Along with having a wide array of behaviours guidance approaches, a pediatric dentist should be able to ascertain the extent of a child’s physical and mental developmental status and assess their expectations from the treatment. This would aid in accurately estimating the most likely reaction towards the dental treatment [4]. General dentists might lack these particular skills making the management of the patient as well as the procedure overtly strenuous. Rich et al through his study demonstrated how only 40.4% of the dentists were well equipped to treat child patients while an even lesser 33.4% had sufficient clinical knowledge to prepare them well for these patients [5]. These very reasons highlight the need for specialists ranging from those students completing their postgraduation in pediatric and Preventive Dentistry or Postgraduates (MDS) in this field.

To date, the attitude of general dentists in providing dental health care in children has been assessed. As per our knowledge, there are no studies in literature assessing a general dentist’s preference between post graduate students or MDS graduates for pediatric consultation. This questionnaire based study aims to determine whether dentists prefer postgraduate students or MDS graduates for treating children and the reason for the same.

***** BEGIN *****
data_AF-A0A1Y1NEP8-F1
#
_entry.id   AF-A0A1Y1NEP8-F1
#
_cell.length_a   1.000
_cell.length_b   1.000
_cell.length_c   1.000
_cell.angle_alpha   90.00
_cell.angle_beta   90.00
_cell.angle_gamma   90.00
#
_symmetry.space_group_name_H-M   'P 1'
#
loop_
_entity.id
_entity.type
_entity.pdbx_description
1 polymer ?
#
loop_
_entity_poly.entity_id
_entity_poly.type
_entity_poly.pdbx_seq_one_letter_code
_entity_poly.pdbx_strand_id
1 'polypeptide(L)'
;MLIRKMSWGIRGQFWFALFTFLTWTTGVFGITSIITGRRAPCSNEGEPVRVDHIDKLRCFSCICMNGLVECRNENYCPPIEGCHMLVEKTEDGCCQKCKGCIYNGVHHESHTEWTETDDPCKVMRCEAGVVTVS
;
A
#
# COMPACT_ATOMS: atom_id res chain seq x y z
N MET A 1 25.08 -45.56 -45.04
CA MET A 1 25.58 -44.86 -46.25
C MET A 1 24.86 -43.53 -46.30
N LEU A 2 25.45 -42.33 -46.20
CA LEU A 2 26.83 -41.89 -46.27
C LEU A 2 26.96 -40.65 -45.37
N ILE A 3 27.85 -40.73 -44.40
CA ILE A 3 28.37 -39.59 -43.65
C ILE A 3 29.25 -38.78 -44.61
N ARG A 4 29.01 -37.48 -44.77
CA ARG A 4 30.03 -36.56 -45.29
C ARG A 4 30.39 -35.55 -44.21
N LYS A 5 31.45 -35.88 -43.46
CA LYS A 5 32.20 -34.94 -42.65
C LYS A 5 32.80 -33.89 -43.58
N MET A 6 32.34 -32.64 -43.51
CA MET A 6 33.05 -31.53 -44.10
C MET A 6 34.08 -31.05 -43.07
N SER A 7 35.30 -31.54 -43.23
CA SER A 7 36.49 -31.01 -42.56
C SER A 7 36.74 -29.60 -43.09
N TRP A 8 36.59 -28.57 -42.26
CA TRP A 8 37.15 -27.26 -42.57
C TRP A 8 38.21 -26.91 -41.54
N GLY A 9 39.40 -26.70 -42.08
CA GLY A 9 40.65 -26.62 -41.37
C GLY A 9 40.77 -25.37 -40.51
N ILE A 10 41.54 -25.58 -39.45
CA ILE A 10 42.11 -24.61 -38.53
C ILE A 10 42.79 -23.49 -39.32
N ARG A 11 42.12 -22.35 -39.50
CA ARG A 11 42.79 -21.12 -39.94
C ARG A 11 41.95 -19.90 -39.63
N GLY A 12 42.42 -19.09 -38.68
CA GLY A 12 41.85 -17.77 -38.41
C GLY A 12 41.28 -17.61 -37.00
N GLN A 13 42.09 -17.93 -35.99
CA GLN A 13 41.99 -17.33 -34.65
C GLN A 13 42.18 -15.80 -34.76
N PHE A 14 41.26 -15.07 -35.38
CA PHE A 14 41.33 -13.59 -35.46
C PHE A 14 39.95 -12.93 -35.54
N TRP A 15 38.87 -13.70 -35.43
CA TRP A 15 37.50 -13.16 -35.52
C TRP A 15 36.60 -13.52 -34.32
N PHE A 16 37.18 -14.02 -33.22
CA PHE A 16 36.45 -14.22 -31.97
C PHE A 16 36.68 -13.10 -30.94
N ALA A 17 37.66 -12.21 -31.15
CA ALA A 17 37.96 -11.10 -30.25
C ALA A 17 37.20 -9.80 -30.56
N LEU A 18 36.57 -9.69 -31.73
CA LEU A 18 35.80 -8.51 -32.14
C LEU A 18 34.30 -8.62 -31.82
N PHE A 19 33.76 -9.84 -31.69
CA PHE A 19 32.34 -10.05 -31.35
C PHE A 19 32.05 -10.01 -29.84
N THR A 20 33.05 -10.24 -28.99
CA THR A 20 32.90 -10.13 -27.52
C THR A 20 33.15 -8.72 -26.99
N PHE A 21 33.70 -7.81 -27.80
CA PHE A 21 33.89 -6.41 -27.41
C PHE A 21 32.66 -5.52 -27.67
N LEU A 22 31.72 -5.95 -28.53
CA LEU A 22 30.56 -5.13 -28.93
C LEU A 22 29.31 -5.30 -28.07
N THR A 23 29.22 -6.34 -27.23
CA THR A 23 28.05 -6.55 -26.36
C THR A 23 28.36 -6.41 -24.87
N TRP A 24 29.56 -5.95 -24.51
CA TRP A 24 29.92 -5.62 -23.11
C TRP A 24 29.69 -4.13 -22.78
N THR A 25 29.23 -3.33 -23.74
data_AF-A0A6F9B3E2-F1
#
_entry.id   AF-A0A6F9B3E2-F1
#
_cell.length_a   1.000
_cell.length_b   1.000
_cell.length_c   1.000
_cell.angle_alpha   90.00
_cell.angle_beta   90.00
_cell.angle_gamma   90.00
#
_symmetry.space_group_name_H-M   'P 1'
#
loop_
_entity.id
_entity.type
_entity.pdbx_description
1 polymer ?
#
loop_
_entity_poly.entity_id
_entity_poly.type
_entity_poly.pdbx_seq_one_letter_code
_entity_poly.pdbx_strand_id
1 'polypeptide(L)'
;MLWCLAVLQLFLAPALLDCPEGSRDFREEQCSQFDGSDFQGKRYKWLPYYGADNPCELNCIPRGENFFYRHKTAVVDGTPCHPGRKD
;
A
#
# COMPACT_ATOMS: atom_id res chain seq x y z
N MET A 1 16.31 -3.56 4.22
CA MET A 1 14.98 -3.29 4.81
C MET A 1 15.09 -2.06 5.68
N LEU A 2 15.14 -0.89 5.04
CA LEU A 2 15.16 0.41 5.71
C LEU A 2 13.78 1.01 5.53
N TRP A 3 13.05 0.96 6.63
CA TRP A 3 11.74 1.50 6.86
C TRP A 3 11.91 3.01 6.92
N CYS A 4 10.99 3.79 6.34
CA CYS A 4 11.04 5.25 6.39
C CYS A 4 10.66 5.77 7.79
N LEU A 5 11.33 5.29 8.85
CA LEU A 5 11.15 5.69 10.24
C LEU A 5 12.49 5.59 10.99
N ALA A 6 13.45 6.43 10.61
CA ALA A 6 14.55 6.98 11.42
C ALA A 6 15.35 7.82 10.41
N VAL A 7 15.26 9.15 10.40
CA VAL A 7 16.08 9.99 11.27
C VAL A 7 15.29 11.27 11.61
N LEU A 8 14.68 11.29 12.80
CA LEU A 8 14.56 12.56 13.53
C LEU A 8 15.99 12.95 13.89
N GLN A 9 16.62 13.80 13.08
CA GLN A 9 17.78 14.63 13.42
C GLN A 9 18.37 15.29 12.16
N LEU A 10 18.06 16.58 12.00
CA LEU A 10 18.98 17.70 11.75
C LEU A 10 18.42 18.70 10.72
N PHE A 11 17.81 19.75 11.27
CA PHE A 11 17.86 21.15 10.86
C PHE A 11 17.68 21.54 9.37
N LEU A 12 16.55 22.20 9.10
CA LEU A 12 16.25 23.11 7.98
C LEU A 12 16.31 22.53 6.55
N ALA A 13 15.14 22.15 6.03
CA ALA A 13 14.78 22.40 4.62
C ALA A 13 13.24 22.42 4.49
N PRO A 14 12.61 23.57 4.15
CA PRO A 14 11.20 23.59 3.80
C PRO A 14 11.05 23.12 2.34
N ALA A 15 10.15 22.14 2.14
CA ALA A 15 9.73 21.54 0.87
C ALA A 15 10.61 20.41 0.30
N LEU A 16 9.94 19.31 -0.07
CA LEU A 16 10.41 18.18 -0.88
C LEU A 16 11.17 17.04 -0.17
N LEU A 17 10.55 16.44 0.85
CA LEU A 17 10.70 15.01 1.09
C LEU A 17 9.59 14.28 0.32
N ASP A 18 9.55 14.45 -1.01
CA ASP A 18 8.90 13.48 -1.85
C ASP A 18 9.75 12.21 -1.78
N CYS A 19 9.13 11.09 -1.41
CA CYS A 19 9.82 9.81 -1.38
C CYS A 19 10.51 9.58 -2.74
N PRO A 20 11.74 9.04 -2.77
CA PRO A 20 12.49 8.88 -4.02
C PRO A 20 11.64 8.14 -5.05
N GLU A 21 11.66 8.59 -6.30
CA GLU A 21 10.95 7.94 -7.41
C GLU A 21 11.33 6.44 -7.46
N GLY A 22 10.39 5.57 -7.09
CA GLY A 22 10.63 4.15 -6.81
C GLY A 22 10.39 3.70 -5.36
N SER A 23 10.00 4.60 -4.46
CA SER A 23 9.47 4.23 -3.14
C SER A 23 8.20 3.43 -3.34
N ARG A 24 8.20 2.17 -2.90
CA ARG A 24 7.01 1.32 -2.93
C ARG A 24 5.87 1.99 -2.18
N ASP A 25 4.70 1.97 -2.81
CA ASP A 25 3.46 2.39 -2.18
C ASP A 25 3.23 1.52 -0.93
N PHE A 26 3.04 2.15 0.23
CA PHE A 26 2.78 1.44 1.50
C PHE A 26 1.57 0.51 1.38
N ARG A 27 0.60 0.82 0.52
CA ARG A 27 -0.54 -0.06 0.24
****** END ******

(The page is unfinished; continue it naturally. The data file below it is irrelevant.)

Materials and Methods

Ethical considerations

The present survey was undertaken after obtaining ethical approval from the Institutional review board (SRB) at Saveetha Dental College & Hospital, Chennai, India.

Study design

The study was completed in two phases; phase one involved developing, designing and validating the questionnaire whereas phase two consisted of testing the validated questionnaire among 200 practicing dental surgeons.

A self-constructed questionnaire on a general dentist’s choice between post graduate students or MDS graduates for pediatric consultation was independently formulated by two investigators, who then arrived at a consensus to make a final list of 11 questions.

The survey included questions on demographic details, hypothetical scenarios on their preferences regarding pediatric dental consultation. To check the reliability and validity of the questionnaire, a pilot study was conducted involving 10 random practising dental surgeons, who rated it using content validity ratio and the 5-point Likert scale.

After the questions were considered to be reliable, the survey was shared electronically as a Google form link via email and/or whatsapp to 200 practicing dentists from all specialties in dentistry, except pediatric dentistry. Distribution and data collection was done by one of the investigators. 165 responses were recorded which were then statistically analysed.

Statistical analysis

The collected data was tabulated on an excel sheet and exported to IBM SPSS software version 22 (SPSS Inc., Chicago, IL, USA) for statistical analysis. Chi-square test was done.

Results

Out of the 165 dentists who filled the questionnaire, 90 were female and 75 were males, with the majority of them belonging to the 20-30 year old age group. The demographic details of the patients have been given in Table 1.